Summoned by the dying General Sternwood, Philip Marlowe is asked to deal with several problems that are troubling his family. Marlowe finds that each problem centers about the disappearance of Sternwood's favoured employee who has left with a mobster's wife. Each of the problems becomes a cover for something else as Marlowe probes. Written by
John Vogel <firstname.lastname@example.org>
Production date for 'The Big Sleep' was Oct. 10, 1944 through Jan. 12, 1945. Additional scenes/retakes were shot begining Jan. 2, 1946. The bulk of the film was shot during wartime. See more »
Marlowe keeps 2 guns in his car - under the dash. One's a snub-nose revolver and the other has about a six inch barrel. He uses and loses the snub-nose. Later, at Art's garage, he reaches in and grabs the larger gun. But in the exterior scenes following, he's got the snub-nose in his hand. See more »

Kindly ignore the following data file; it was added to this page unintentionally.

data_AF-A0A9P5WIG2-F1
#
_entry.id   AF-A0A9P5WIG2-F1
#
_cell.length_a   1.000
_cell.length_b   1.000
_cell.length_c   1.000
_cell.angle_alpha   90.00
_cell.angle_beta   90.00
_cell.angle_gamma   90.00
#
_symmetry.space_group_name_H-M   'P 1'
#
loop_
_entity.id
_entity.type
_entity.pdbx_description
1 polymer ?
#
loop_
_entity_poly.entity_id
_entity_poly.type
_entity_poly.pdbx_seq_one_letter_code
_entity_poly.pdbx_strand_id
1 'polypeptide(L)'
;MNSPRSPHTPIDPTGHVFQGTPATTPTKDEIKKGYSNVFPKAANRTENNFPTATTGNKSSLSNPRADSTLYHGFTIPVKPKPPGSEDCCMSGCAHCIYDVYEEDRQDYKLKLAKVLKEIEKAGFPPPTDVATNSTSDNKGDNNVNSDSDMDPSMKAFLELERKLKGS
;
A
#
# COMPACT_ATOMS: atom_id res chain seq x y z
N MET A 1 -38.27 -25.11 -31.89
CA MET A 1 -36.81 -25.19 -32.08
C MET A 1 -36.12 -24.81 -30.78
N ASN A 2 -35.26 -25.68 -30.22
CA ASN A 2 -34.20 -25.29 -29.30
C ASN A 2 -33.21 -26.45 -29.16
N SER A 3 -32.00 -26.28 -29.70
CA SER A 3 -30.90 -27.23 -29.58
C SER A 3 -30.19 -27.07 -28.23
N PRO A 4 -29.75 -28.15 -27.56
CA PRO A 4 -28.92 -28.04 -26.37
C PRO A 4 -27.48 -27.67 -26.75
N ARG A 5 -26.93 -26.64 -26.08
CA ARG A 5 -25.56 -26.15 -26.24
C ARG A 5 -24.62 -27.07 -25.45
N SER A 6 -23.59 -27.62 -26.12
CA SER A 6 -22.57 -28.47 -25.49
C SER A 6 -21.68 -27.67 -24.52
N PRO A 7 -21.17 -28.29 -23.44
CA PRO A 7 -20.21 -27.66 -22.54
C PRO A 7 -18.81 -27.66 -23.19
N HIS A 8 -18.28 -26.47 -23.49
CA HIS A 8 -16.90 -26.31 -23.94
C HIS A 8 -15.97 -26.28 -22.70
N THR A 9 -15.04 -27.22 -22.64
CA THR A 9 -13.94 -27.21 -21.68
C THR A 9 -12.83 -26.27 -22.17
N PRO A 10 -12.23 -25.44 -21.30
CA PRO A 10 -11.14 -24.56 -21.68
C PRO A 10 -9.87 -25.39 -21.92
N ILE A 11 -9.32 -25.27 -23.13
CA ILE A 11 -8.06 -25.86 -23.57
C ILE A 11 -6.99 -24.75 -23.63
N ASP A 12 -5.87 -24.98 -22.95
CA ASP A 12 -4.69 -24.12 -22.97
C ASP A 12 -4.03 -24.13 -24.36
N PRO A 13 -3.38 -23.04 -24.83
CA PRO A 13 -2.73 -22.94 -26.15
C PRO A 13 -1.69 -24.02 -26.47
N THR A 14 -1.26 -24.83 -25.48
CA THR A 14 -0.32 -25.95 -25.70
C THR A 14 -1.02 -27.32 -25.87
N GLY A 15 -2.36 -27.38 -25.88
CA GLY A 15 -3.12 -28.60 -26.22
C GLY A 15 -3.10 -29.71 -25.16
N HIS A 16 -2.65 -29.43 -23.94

"The Big Sleep" is one of those movies I never tire of watching. Bogie, playing Philip Marlowe - one of his finer roles, commands the screen, wise-cracking with felons and coppers alike, giving a few beatings and taking a lot himself. The night scenes are wonderfully shot, with shadow and fog effects being used perfectly. The main reason to watch this movie, though, are the scenes between Bogart and Bacall. Their on-screen chemistry (fueled by their off-screen romance) lends the most weight to the film. My favorite of their exchanges is when Bogart, tied up yet still smoking, tells Bacall to "take this cigarette out of my mouth". And, of course, they kiss. A short while later, she helps Bogie take out a hired killer. Bogie remarks "I didn't think they made them like that anymore." They certainly don't.
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